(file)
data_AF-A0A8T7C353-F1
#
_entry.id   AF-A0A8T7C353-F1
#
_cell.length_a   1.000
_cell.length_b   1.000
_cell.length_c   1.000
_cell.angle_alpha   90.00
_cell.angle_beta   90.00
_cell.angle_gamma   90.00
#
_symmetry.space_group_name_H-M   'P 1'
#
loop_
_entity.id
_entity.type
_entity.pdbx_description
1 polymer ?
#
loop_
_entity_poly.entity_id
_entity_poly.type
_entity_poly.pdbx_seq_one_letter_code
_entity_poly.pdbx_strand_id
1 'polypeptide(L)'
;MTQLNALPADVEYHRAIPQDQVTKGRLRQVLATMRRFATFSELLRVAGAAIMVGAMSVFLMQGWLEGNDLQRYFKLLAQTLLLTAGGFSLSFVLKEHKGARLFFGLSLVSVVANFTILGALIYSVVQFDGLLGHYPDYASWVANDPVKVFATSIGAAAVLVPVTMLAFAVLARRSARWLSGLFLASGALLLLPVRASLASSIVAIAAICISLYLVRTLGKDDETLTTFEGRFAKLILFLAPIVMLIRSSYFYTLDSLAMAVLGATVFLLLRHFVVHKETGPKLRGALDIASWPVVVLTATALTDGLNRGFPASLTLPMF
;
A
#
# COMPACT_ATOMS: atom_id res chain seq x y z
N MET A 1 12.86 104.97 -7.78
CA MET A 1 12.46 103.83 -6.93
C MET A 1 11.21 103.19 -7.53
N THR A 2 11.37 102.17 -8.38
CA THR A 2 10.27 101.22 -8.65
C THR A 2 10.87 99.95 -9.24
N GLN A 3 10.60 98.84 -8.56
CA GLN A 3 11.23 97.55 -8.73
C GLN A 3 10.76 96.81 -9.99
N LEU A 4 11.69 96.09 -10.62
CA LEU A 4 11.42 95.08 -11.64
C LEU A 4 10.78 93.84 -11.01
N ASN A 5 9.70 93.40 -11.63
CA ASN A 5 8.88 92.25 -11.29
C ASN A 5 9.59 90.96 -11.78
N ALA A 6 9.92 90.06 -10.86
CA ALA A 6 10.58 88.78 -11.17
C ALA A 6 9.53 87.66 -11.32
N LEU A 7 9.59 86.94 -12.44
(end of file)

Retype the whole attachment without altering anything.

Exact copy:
data_AF-A0A8T7C353-F1
#
_entry.id   AF-A0A8T7C353-F1
#
_cell.length_a   1.000
_cell.length_b   1.000
_cell.length_c   1.000
_cell.angle_alpha   90.00
_cell.angle_beta   90.00
_cell.angle_gamma   90.00
#
_symmetry.space_group_name_H-M   'P 1'
#
loop_
_entity.id
_entity.type
_entity.pdbx_description
1 polymer ?
#
loop_
_entity_poly.entity_id
_entity_poly.type
_entity_poly.pdbx_seq_one_letter_code
_entity_poly.pdbx_strand_id
1 'polypeptide(L)'
;MTQLNALPADVEYHRAIPQDQVTKGRLRQVLATMRRFATFSELLRVAGAAIMVGAMSVFLMQGWLEGNDLQRYFKLLAQTLLLTAGGFSLSFVLKEHKGARLFFGLSLVSVVANFTILGALIYSVVQFDGLLGHYPDYASWVANDPVKVFATSIGAAAVLVPVTMLAFAVLARRSARWLSGLFLASGALLLLPVRASLASSIVAIAAICISLYLVRTLGKDDETLTTFEGRFAKLILFLAPIVMLIRSSYFYTLDSLAMAVLGATVFLLLRHFVVHKETGPKLRGALDIASWPVVVLTATALTDGLNRGFPASLTLPMF
;
A
#
# COMPACT_ATOMS: atom_id res chain seq x y z
N MET A 1 12.86 104.97 -7.78
CA MET A 1 12.46 103.83 -6.93
C MET A 1 11.21 103.19 -7.53
N THR A 2 11.37 102.17 -8.38
CA THR A 2 10.27 101.22 -8.65
C THR A 2 10.87 99.95 -9.24
N GLN A 3 10.60 98.84 -8.56
CA GLN A 3 11.23 97.55 -8.73
C GLN A 3 10.76 96.81 -9.99
N LEU A 4 11.69 96.09 -10.62
CA LEU A 4 11.42 95.08 -11.64
C LEU A 4 10.78 93.84 -11.01
N ASN A 5 9.70 93.40 -11.63
CA ASN A 5 8.88 92.25 -11.29
C ASN A 5 9.59 90.96 -11.78
N ALA A 6 9.92 90.06 -10.86
CA ALA A 6 10.58 88.78 -11.17
C ALA A 6 9.53 87.66 -11.32
N LEU A 7 9.59 86.94 -12.44